And then there's the novel's climatic moment, set inside an eerily familiar Harvard Yard. Offred and her fellow handmaids witness a public execution in what appears to be Tercentenary Theatre. It is the only time Offred enters the Yard, and she is ironically summoned there by the same bell that reminds today's students of the end of each class.

"There's a wooden stage erected on the lawn, something like the one they used every spring, for commencement, in the time before," Atwood writes.

In what some critics have considered a throwback to Atwood's own days in Cambridge when at least some libraries excluded women, in the world of Gilead, women are forbidden from reading.

Atwood has warned against reading too much into the setting of various parts of her novel. Once asked to identify a particular scene of the novel, she responded instead with a joke.

"Somebody who went to graduate school with me, at Harvard, said, 'Hasn't anybody figured out that this whole book is about the Harvard English Department?'" she quipped.

Yet in other interviews, Atwood has explained that she chose to set The Handmaid's Maid at Harvard because of its connection to early Puritan America. Harvard was originally founded to train Puritan ministers.

"We think often of the Puritans in Massachusetts and the Massachusetts Bay Colony as the sort of founding moment of Euro-American culture," says Rebecca B. Faery, lecturer on history and literature, who teaches the book in her Expository Writing class. "This is the cradle of the theocracy, of the Puritan incorporation of church and state."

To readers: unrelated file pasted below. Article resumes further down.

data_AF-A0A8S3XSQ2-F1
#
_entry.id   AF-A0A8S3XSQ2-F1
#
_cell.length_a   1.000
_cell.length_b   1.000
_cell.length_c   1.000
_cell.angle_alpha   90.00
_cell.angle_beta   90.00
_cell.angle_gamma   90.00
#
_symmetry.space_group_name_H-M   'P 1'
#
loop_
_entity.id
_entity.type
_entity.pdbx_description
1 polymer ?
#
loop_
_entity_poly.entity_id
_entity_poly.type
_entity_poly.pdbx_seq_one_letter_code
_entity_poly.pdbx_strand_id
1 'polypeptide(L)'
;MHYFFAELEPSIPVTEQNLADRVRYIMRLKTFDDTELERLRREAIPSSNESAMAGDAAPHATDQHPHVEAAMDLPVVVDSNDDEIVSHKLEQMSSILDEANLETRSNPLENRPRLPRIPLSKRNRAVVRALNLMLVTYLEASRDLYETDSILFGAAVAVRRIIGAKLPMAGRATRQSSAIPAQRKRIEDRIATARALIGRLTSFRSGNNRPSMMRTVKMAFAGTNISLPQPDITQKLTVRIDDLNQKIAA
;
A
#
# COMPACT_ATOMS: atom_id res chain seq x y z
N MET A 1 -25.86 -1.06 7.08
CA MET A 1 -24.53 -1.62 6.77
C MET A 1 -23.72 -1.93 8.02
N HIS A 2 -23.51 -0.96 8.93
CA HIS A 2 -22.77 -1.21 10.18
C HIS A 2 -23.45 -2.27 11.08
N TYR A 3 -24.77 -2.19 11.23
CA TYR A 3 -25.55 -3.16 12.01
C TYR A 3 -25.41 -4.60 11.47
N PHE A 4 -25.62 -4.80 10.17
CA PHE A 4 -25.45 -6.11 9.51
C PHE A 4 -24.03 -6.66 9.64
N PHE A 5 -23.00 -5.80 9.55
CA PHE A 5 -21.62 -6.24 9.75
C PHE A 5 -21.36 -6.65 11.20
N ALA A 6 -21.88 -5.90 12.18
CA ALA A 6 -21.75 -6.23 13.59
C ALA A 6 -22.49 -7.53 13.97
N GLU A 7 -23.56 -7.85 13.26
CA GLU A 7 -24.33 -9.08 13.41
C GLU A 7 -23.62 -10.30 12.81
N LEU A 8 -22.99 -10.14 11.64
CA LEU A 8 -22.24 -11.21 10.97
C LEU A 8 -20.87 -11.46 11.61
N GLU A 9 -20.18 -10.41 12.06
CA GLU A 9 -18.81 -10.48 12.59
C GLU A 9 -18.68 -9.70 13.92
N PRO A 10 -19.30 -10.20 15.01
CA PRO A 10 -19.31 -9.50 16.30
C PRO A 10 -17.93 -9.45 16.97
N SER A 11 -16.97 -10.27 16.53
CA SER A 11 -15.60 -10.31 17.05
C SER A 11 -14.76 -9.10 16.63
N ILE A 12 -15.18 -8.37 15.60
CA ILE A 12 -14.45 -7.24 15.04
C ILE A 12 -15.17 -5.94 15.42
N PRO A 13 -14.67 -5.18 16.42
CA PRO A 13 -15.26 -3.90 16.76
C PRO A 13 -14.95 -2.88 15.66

In the 1960s, Atwood studied the Puritans under former Cabot Professor of American Literature Perry Miller--to whom she dedicated the novel.

"The roots of totalitarianism in America are found, I discovered, in the theocracy of the 17th Century," Atwood once told a reporter.

As a literary device, Faery says the Harvard setting works to Atwood's advantage, providing a secret symbolic treat for those readers who recognize it, but allowing the book to remain vital to those who don't.

But despite Cambridge's religious past, filmmaker Volker Schlondorff, who helped adapt the story for the screen in 1990, says the city's more recent decidedly left-of-center leanings also make it appropriate for the novel.

"[The] most daring part of Margaret's book is that, instead of a small town in the Bible Belt, she sets it in the most liberal area in the country, an Eastern campus," he said in an interview.

Released one year after 1984 had come and gone peacefully, despite George Orwell's frightening predictions, Atwood created a cautionary tale for the future.

And while Big Brother may not yet be watching us, as the millennium approaches experts say we should still fear Atwood's vision.

"Though a little too extreme to be realistic," advises one Australian critic, "The Handmaid's Tale still offers a dire warning to humankind, predicting the worst for society is yet to come."

Want to keep up with breaking news? Subscribe to our email newsletter.

Tags